2017 Health for Humanity Report
Responsible Business Practices
Responsible Business Practices
Responsible Business Practices
Responsible Business Practices

Responsible Sourcing

Our ability to meet the needs of the people we serve depends on a steady supply of high-quality, safe and reliable materials. If not managed in a sustainable manner, some of these products—including those originating from forests and those derived from palm oil—may cause adverse social and environmental impacts.

Johnson & Johnson’s most significant use of forestry products is in our paper-based packaging materials. We have established sourcing principles for the purchasing of forest-based products—such as packaging, office paper, printed marketing materials and wood-based furniture—as articulated in our Forest Products Sourcing Principles. Additionally, we developed Responsible Palm Oil Sourcing Criteria, which set forth our expectations for suppliers of palm oil derivatives or palm kernel oil derivatives. We have processes in place to implement our responsible sourcing requirements, and to measure conformance. Please see the above-mentioned statements for more details.

For forest-based products, we did not meet our commitment outlined in the Forest Products Sourcing Principles to have at least 80% of the spend with suppliers located in or sourcing from a high-priority country verified by 2017. The data we collected allowed us to identify risks, but because of the complexity of the supplier network, the data quality did not provide sufficient visibility into the country of origin as well as the content and characteristics of the materials that we buy. Building on these learnings, in 2017 we entered into a partnership with Rainforest Alliance (RA), a global non-governmental organization with over 30 years of experience in sustainable forest and land management and local presence in many regions around the world. We are working closely with RA to revisit our sourcing strategy and develop an action plan for improving transparency across all regions. In 2017, in partnership with RA, we conducted supplier workshops in Mumbai and Bangkok to level-set with on-the-ground suppliers on our expectations for engagement, and to educate them about our policies and standards, and developing due diligence systems. Our continued partnership with RA will help facilitate engagements with Asia Pacific suppliers to improve transparency and implement verification where required.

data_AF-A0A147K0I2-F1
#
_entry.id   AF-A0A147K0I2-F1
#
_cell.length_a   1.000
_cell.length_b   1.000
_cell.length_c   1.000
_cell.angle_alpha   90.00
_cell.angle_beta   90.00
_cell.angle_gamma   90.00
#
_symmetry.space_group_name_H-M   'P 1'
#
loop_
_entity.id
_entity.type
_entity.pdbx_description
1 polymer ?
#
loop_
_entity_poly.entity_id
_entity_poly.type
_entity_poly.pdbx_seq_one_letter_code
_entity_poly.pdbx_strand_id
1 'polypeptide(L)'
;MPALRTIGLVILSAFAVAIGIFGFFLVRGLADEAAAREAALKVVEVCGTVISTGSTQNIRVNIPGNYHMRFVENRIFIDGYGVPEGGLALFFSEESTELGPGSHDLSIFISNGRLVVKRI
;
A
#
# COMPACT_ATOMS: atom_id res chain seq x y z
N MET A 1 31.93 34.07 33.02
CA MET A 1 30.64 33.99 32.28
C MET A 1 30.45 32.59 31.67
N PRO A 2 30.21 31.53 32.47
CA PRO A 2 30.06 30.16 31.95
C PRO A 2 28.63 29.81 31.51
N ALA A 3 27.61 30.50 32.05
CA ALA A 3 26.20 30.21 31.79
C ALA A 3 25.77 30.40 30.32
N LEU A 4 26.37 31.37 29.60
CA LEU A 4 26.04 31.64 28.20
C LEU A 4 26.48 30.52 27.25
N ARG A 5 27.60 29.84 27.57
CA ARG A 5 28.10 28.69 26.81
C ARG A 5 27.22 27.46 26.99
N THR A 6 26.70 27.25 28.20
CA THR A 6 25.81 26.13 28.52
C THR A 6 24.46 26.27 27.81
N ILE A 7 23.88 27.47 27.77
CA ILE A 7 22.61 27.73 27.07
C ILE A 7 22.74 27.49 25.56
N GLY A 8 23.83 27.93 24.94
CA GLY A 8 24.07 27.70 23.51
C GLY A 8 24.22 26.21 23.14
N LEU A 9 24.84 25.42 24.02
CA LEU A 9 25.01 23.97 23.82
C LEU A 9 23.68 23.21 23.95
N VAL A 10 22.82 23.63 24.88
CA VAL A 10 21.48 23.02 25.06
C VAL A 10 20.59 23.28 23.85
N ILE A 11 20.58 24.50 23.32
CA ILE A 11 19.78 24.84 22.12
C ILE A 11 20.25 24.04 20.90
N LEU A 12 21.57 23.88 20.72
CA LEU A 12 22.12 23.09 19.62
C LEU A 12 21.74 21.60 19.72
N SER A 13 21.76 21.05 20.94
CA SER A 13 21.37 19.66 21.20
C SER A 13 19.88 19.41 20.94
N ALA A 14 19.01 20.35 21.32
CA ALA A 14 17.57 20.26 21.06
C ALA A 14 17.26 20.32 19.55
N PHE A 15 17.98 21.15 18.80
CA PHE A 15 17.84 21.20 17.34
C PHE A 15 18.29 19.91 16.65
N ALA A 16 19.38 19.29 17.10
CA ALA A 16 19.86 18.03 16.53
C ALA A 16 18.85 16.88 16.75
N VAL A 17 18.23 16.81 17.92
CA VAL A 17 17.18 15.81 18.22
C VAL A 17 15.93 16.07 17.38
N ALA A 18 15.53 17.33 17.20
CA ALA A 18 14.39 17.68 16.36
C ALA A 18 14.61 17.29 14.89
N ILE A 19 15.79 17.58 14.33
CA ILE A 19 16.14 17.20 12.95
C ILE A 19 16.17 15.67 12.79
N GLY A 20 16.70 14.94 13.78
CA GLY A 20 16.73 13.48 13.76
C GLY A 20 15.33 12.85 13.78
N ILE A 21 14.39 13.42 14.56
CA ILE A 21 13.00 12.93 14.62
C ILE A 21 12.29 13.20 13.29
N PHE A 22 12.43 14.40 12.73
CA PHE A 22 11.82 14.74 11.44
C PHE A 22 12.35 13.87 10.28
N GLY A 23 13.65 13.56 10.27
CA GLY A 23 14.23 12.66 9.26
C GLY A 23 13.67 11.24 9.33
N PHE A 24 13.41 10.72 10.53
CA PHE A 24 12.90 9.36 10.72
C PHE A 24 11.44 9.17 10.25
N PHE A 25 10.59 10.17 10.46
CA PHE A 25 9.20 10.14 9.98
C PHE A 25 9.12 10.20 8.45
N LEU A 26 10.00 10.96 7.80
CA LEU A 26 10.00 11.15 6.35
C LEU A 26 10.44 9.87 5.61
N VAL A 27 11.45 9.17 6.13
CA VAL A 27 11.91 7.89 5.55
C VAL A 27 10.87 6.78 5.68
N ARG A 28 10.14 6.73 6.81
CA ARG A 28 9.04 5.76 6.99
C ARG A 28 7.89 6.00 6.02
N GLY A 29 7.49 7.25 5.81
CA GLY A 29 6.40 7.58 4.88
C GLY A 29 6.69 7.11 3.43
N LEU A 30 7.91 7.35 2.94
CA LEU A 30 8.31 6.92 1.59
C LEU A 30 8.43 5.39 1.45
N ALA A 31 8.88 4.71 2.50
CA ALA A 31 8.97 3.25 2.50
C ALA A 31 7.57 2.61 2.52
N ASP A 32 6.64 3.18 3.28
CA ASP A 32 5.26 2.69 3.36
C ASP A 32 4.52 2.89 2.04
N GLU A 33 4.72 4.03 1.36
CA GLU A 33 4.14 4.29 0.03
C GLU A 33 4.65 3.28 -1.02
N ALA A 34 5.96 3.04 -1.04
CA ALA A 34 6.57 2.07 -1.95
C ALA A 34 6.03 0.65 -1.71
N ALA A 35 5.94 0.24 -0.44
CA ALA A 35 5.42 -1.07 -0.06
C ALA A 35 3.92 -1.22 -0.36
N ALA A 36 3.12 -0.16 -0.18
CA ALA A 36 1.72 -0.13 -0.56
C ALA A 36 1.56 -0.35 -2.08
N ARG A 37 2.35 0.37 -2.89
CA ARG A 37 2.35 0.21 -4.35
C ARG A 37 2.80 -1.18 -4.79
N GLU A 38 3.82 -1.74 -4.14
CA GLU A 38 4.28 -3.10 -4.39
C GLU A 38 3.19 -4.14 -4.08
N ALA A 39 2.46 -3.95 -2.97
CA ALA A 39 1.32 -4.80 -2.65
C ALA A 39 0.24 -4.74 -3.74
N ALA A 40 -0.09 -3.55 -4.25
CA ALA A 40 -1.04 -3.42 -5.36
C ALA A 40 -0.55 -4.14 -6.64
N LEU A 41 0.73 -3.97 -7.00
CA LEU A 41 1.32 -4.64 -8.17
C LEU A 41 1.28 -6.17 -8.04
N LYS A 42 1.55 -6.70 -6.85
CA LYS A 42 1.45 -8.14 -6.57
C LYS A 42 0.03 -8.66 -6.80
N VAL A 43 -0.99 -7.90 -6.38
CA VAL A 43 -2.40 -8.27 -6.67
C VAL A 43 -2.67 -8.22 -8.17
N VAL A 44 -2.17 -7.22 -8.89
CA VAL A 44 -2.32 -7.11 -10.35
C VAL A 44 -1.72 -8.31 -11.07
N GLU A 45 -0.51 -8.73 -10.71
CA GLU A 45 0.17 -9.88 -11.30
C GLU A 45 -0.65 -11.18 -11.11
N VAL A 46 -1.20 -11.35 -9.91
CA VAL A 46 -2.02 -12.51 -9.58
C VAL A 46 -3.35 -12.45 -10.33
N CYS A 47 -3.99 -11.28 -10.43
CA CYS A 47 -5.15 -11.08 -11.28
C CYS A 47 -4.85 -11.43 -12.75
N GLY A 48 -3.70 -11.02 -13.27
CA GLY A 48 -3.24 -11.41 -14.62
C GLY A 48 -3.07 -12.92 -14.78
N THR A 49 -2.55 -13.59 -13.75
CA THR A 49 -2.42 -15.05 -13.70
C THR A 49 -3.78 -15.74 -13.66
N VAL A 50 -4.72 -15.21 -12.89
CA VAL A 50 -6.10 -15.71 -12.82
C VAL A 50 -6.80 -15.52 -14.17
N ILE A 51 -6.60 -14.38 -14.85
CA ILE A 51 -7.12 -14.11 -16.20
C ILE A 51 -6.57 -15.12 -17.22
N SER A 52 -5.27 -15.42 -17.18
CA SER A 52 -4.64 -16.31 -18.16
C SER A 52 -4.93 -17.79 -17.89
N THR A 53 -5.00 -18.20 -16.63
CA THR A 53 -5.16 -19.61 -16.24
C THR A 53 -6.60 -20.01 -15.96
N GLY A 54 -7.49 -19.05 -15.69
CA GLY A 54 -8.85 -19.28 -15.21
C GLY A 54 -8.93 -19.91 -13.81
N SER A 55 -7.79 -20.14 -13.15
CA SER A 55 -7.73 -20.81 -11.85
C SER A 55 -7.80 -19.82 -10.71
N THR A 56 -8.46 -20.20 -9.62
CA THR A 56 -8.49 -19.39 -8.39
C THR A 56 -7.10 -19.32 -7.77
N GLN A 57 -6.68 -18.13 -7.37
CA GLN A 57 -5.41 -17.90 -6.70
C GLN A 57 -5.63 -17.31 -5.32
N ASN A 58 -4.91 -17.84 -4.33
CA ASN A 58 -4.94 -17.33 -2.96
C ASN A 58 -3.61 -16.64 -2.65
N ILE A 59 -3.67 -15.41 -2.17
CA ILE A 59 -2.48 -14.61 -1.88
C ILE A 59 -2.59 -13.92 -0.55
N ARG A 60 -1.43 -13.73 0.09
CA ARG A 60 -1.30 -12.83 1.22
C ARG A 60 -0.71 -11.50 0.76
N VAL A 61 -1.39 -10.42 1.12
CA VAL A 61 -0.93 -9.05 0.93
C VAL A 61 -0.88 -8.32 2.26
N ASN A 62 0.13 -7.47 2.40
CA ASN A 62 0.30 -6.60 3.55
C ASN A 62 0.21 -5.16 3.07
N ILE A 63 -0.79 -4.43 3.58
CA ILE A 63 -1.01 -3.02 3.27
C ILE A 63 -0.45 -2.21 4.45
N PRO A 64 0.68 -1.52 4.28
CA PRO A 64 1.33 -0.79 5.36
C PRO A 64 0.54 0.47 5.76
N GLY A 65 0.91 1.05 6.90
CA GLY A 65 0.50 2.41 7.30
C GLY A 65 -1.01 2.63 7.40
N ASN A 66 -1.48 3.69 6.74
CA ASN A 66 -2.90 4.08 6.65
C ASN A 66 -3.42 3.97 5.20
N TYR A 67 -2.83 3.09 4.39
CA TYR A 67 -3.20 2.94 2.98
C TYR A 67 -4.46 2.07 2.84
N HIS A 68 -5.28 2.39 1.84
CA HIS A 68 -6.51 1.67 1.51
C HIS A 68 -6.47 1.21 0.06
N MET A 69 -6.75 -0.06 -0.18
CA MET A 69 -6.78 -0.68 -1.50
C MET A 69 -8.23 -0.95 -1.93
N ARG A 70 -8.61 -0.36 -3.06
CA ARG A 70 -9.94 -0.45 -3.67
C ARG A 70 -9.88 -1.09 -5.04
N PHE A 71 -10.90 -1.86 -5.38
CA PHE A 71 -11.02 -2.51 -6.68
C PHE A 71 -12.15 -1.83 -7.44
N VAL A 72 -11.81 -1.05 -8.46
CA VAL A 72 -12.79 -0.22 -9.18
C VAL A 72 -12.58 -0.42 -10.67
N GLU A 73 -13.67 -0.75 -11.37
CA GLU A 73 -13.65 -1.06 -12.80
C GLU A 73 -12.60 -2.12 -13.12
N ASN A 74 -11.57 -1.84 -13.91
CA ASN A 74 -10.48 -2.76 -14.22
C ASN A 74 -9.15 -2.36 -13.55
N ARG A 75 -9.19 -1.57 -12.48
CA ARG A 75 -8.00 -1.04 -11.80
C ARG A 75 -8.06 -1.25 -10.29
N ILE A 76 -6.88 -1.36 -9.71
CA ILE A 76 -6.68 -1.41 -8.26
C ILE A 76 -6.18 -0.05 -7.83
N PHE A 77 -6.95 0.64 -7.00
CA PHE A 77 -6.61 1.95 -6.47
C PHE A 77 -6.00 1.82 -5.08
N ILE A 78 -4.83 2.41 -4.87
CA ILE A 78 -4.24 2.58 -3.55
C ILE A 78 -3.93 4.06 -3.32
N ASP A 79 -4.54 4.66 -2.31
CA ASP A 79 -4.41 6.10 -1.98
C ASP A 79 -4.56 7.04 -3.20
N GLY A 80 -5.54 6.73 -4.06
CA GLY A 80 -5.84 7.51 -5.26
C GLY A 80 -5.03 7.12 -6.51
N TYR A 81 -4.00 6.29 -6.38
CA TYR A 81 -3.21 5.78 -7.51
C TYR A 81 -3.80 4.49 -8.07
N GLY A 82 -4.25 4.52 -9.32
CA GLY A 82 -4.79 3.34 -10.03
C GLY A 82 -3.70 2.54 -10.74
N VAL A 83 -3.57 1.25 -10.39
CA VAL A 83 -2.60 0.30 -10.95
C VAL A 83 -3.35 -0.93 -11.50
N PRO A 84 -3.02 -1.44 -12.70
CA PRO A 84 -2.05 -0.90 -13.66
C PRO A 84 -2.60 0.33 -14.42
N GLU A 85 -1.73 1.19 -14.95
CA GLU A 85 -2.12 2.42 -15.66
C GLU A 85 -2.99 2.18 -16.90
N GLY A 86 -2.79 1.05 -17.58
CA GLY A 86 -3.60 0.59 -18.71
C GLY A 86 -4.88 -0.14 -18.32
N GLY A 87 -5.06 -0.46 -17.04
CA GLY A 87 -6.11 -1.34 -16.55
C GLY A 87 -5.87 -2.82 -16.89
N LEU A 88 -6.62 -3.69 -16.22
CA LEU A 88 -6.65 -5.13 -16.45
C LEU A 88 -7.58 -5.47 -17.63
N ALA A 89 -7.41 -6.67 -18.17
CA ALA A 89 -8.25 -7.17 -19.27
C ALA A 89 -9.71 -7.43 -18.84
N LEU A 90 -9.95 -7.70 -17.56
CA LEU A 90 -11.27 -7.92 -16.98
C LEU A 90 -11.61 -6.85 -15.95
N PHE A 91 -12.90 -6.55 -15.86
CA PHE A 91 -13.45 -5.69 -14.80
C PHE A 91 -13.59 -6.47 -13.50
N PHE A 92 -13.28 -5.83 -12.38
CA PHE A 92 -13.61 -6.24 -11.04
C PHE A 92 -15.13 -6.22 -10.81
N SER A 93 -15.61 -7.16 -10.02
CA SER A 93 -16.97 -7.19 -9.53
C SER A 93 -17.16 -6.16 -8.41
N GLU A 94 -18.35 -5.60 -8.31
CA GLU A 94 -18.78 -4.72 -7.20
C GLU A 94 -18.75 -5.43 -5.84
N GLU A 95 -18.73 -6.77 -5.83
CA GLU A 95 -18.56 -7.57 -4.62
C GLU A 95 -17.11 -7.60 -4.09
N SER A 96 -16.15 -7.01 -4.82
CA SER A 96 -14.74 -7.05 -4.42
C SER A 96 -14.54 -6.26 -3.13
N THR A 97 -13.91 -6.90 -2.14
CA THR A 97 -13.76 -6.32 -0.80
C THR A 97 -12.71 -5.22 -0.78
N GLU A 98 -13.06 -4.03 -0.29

Conflict Minerals

Conflict Minerals Rule 13p-1 under the Securities Exchange Act of 1934 requires public reporting companies that manufacture or contract to manufacture products containing “conflict minerals” (defined as tin, tungsten, tantalum and gold [3TG]) to conduct due diligence on the source and chain of custody of those conflict minerals to help determine whether they originated from the Democratic Republic of Congo or adjoining countries, and directly or indirectly financed or benefited armed groups in those countries. In 2017, we revised our Statement on Conflict Minerals to reinforce our continued commitment to taking steps to determine the use, country of origin and source of 3TG in our global product portfolio. Based on our due diligence efforts for the 2017 reporting period, we do not have conclusive information regarding the country of origin or facilities used to process the necessary conflict minerals in the Johnson & Johnson Family of Companies’ products. For more information, see our Conflict Minerals Report for the calendar year ended December 31, 2017.

Johnson & Johnson is a member of the Responsible Minerals Initiative (RMI), formerly the Conflict-Free Sourcing Initiative. RMI is a cross-industry organization that provides resources, tools and information to help companies source conflict-free minerals.

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